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AM calls for wind turbine rules review  

Credit:  Western Telegraph | www.westerntelegraph.co.uk 21 July 2012 ~~

A call for a review of wind turbine planning laws in Wales is being made by Pembrokeshire AM Angela Burns.

The Welsh Assembly was recently petitioned requesting noise from wind turbines to be controlled, but the government rejected three of the four recommendations made.

Mrs Burns took issue with the government’s response and referred to a report in the British Medical Journal which said there was real evidence of a strong link between wind turbine noise, ill health and disruption of sleep.

She said later: “Poor legislation and law will never serve us well, and I believe that the general consensus is that the current Welsh laws around planning for wind power are not fit for purpose, are too subjective and leave a bad taste in most people’s mouths.

“I am not saying that wind turbines are wrong, but the Welsh Government needs to evaluate and satisfy, beyond reproach, all criteria for planning to ensure that people are not blighted with illhealth and loss of amenity, and there is complete continuity in the decisions made, whether you are in Pembroke or Pencader.”

Planning permission was recently granted to Princes Gate Spring Water for two turbines in Ludchurch, which would be the tallest in the county.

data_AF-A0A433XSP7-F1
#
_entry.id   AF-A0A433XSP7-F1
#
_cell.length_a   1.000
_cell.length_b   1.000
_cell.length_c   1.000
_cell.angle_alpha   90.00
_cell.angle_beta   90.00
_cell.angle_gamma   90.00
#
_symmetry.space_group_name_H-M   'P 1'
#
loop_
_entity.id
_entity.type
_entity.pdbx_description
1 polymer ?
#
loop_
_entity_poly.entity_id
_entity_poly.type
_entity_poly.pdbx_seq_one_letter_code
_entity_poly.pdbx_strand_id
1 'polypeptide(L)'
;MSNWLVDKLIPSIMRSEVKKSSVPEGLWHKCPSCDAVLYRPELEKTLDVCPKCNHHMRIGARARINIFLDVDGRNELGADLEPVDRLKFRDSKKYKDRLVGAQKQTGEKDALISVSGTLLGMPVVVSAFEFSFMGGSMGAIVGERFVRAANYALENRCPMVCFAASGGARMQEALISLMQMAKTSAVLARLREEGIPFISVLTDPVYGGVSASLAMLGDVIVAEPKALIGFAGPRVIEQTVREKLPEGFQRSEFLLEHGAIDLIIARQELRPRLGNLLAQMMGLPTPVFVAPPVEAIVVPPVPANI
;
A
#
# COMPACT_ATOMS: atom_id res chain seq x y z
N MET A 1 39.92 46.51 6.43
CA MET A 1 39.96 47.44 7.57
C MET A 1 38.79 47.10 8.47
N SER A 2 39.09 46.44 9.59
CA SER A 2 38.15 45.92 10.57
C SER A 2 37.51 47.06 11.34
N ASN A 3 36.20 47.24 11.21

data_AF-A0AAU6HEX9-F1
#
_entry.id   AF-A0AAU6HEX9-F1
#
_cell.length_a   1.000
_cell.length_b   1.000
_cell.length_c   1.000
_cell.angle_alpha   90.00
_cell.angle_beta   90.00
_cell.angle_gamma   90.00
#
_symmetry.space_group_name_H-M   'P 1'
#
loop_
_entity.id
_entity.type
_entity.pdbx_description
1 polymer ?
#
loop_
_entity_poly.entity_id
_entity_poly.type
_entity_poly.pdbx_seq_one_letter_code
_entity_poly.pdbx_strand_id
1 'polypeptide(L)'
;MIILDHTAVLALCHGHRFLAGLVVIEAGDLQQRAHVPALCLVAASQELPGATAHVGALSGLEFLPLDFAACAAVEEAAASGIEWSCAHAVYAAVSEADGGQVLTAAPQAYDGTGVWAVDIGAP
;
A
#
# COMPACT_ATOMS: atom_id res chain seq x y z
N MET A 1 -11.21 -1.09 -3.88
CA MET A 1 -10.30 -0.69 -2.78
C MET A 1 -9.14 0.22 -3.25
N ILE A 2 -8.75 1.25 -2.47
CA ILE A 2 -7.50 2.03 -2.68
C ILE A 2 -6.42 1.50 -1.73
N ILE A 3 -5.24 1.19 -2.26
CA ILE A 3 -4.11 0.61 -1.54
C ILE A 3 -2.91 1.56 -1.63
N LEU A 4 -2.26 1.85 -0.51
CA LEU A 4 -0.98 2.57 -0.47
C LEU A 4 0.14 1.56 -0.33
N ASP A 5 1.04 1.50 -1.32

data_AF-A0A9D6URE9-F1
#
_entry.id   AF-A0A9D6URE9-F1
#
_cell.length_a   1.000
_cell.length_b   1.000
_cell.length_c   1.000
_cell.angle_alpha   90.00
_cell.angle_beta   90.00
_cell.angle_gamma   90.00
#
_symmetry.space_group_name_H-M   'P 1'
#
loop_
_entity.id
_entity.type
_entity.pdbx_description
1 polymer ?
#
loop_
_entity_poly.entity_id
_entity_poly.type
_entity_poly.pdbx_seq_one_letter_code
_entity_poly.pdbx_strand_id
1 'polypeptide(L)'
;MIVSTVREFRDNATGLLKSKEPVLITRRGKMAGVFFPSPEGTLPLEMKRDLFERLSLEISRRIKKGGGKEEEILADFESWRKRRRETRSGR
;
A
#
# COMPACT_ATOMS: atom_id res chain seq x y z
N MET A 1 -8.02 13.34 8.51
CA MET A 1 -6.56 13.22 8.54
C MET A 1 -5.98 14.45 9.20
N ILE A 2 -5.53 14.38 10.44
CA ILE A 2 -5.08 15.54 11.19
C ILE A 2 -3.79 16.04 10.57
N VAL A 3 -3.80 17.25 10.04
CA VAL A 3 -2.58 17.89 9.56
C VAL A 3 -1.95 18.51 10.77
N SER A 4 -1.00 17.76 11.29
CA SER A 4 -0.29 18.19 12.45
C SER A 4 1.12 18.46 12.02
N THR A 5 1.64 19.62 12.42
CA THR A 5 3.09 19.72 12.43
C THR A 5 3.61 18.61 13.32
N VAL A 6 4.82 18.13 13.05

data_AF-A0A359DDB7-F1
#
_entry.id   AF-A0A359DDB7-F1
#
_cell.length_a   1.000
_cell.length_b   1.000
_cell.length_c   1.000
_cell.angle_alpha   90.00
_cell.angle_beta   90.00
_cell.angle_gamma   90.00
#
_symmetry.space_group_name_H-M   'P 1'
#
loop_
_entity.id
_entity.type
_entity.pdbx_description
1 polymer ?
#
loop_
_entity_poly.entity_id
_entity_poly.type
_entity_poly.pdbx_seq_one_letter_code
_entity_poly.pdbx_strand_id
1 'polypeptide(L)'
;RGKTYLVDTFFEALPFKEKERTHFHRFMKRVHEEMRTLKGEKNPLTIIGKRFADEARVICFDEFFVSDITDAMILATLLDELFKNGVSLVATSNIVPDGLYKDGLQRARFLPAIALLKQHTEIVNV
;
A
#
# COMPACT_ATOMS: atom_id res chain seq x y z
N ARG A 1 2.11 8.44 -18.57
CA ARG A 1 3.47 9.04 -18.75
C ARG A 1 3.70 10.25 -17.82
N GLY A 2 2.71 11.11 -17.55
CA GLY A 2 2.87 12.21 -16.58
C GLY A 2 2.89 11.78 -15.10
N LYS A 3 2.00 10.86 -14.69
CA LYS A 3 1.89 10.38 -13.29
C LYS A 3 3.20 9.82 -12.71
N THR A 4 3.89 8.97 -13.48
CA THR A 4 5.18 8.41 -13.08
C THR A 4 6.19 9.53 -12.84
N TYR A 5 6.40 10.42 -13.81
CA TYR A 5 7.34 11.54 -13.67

As the Western Telegraph reported last week, concern has been voiced that the health and safety impact on the nearby Belle Vue Equestrian Centre was not correctly emphasised at the planning meeting.

And Mary Sinclair, the chairman of the Pembrokeshire branch of the CPRW (Council for the Protection of Rural Wales), has since said that a report quoted in a response from the company about ‘negligible impacts on agricultural activities and livestock’ was ‘incorrect and misleading’.

Source:  Western Telegraph | www.westerntelegraph.co.uk 21 July 2012

This article is the work of the source indicated. Any opinions expressed in it are not necessarily those of National Wind Watch.

The copyright of this article resides with the author or publisher indicated. As part of its noncommercial effort to present the environmental, social, scientific, and economic issues of large-scale wind power development to a global audience seeking such information, National Wind Watch endeavors to observe “fair use” as provided for in section 107 of U.S. Copyright Law and similar “fair dealing” provisions of the copyright laws of other nations. Send requests to excerpt, general inquiries, and comments via e-mail.

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